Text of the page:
1. Edoardo Botteri; Simona Iodice; Vincenzo Bagnardi; Sara Raimondi; Albert B. Lowenfels; Patrick Maisonneuve. Smoking and Colorectal Cancer: A Meta-analysis. JAMA, 2008;300(23):2765-2778 [link]

Cite This Page:

JAMA and Archives Journals. "Smoking Associated With Increased Risk For Colorectal Cancer And Death." ScienceDaily. ScienceDaily, 18 December 2008. <www.sciencedaily.com/releases/2008/12/081216161050.htm>.
JAMA and Archives Journals. (2008, December 18). Smoking Associated With Increased Risk For Colorectal Cancer And Death. ScienceDaily. Retrieved July 31, 2014 from www.sciencedaily.com/releases/2008/12/081216161050.htm
JAMA and Archives Journals. "Smoking Associated With Increased Risk For Colorectal Cancer And Death." ScienceDaily. www.sciencedaily.com/releases/2008/12/081216161050.htm (accessed July 31, 2014).

Share This




More Mind & Brain News

Thursday, July 31, 2014

Featured Research

from universities, journals, and other organizations


Featured Videos

from AP, Reuters, AFP, and other news services

Dieting At A Young Age Might Lead To Harmful Health Habits

Dieting At A Young Age Might Lead To Harmful Health Habits

Newsy (July 30, 2014) Researchers say women who diet at a young age are at greater risk of developing harmful health habits, including eating disorders and alcohol abuse. Video provided by Newsy
Powered by NewsLook.com
It's Not Just Facebook: OKCupid Experiments With Users Too

It's Not Just Facebook: OKCupid Experiments With Users Too

Newsy (July 29, 2014) If you've been looking for love online, there's a chance somebody has been looking at how you're looking. Video provided by Newsy
Powered by NewsLook.com
How Your Face Can Leave A Good Or Bad First Impression

How Your Face Can Leave A Good Or Bad First Impression

Newsy (July 29, 2014) Researchers have found certain facial features can make us seem more attractive or trustworthy. Video provided by Newsy
Powered by NewsLook.com
Losing Sleep Leaves You Vulnerable To 'False Memories'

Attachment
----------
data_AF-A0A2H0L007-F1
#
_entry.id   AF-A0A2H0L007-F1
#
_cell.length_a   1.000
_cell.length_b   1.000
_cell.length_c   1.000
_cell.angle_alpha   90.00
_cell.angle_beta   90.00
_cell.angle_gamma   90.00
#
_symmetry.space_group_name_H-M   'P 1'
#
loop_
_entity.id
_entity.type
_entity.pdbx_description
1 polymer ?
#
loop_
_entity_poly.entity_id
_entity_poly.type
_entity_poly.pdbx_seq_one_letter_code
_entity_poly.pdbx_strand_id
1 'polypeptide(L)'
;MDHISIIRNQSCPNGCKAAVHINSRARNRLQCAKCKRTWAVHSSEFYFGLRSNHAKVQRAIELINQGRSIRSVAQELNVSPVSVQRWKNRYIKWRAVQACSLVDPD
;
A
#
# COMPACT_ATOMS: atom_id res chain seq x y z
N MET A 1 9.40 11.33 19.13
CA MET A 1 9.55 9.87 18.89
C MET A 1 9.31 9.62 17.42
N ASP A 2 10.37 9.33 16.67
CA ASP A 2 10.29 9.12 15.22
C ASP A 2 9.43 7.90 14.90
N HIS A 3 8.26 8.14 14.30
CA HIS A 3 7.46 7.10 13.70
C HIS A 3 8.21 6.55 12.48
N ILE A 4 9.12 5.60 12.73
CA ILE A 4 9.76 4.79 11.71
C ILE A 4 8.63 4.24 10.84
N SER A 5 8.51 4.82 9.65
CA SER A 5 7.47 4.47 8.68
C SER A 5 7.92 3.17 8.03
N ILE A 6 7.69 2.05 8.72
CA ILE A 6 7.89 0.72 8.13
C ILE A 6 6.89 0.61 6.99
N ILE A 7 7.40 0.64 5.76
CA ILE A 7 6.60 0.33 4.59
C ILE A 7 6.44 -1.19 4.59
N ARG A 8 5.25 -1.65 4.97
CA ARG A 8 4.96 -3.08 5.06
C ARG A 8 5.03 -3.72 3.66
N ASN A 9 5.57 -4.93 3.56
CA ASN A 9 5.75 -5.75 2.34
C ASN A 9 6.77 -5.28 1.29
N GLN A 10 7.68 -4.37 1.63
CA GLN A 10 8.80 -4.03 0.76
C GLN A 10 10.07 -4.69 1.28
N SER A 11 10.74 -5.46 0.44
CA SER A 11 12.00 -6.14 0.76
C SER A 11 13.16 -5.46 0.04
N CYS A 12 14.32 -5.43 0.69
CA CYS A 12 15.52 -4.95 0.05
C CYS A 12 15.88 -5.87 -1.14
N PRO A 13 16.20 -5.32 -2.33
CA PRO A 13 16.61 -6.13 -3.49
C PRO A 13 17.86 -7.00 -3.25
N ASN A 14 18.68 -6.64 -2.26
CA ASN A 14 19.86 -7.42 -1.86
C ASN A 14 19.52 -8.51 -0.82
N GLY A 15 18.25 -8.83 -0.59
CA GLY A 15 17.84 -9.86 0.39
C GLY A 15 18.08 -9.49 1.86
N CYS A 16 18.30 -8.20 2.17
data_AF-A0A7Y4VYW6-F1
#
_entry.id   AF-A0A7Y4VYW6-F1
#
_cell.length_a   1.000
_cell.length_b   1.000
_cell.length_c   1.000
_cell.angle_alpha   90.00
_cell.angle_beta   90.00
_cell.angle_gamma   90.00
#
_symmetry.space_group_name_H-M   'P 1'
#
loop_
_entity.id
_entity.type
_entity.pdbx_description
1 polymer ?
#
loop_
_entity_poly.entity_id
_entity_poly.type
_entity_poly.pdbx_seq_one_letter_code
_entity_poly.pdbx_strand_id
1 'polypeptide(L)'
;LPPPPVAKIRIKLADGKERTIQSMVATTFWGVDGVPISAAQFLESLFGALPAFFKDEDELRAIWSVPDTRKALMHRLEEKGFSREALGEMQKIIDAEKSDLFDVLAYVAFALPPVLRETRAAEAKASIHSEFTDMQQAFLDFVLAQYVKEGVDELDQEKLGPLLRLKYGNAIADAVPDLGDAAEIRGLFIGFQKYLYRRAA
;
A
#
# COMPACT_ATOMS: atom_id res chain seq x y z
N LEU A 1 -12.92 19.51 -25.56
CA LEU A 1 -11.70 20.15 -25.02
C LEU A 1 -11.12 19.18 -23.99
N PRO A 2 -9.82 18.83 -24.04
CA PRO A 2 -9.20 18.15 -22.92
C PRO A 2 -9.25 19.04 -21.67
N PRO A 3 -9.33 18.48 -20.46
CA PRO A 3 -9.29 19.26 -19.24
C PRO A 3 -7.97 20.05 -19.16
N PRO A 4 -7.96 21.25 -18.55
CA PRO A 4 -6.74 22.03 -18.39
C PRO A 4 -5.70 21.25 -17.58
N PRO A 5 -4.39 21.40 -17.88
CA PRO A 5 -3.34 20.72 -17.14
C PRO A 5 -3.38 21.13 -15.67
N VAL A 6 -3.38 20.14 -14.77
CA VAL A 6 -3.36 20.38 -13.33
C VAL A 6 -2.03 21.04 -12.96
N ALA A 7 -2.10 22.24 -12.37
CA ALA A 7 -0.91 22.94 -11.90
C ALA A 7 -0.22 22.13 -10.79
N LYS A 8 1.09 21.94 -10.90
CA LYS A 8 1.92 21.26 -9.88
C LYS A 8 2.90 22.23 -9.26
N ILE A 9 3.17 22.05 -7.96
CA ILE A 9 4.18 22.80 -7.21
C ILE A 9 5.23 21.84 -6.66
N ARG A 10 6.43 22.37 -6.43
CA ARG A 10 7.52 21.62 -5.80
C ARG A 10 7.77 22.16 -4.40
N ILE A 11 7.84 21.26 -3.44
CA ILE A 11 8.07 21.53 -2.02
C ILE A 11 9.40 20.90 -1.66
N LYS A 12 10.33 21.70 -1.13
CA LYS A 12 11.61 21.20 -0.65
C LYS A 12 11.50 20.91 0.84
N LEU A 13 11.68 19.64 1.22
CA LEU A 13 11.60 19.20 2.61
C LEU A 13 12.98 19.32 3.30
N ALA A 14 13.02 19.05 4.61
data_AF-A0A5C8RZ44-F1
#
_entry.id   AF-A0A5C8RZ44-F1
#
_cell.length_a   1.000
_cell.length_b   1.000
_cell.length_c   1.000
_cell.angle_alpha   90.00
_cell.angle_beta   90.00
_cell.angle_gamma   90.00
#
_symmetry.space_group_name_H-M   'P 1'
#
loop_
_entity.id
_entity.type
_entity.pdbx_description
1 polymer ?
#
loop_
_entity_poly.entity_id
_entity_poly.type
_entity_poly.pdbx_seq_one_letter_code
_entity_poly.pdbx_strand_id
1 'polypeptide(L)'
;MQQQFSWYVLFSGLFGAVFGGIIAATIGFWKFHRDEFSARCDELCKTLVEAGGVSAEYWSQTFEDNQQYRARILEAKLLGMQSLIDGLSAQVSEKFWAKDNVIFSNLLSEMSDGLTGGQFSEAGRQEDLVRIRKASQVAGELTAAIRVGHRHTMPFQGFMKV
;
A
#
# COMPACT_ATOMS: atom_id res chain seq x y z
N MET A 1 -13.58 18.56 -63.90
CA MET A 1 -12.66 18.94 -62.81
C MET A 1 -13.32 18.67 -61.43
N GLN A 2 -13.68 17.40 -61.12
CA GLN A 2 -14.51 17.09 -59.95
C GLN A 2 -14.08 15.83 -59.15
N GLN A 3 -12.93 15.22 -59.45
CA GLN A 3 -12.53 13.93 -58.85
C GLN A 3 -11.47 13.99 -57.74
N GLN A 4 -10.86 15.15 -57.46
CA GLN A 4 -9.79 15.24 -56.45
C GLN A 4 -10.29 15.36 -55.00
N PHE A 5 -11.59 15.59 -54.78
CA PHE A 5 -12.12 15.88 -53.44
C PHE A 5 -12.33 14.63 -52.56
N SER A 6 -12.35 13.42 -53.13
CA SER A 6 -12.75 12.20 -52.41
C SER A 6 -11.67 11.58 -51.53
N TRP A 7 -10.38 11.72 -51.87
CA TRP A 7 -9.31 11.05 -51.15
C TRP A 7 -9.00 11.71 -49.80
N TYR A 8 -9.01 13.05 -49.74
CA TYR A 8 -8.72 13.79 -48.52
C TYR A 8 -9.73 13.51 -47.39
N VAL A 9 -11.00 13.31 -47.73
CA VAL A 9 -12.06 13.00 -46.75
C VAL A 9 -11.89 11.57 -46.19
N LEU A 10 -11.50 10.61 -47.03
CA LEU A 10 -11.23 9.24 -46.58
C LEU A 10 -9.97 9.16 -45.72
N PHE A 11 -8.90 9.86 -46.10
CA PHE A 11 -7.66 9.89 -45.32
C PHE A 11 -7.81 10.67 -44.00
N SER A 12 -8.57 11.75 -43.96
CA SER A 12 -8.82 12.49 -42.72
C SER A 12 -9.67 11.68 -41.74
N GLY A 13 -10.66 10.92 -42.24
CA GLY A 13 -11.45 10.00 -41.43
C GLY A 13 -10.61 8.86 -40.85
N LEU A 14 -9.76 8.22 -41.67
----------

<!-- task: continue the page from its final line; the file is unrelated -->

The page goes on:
Losing Sleep Leaves You Vulnerable To 'False Memories'

Newsy (July 27, 2014) A new study shows sleep deprivation can make it harder for people to remember specific details of an event. Video provided by Newsy
Powered by NewsLook.com

Search ScienceDaily

Number of stories in archives: 140,361

Find with keyword(s):
Enter a keyword or phrase to search ScienceDaily for related topics and research stories.

Save/Print:
Share:

Breaking News:
from the past week

In Other News

... from NewsDaily.com

Science News

Health News

    Environment News

    Technology News



      Save/Print:
      Share:

      Free Subscriptions


      Get the latest science news with ScienceDaily's free email newsletters, updated daily and weekly. Or view hourly updated newsfeeds in your RSS reader:

      Get Social & Mobile


      Keep up to date with the latest news from ScienceDaily via social networks and mobile apps:

      Have Feedback?


      Tell us what you think of ScienceDaily -- we welcome both positive and negative comments. Have any problems using the site? Questions?
      Mobile: iPhone Android Web
      Follow: Facebook Twitter Google+
      Subscribe: RSS Feeds Email Newsletters
      Latest Headlines Health & Medicine Mind & Brain Space & Time Matter & Energy Computers & Math Plants & Animals Earth & Climate Fossils & Ruins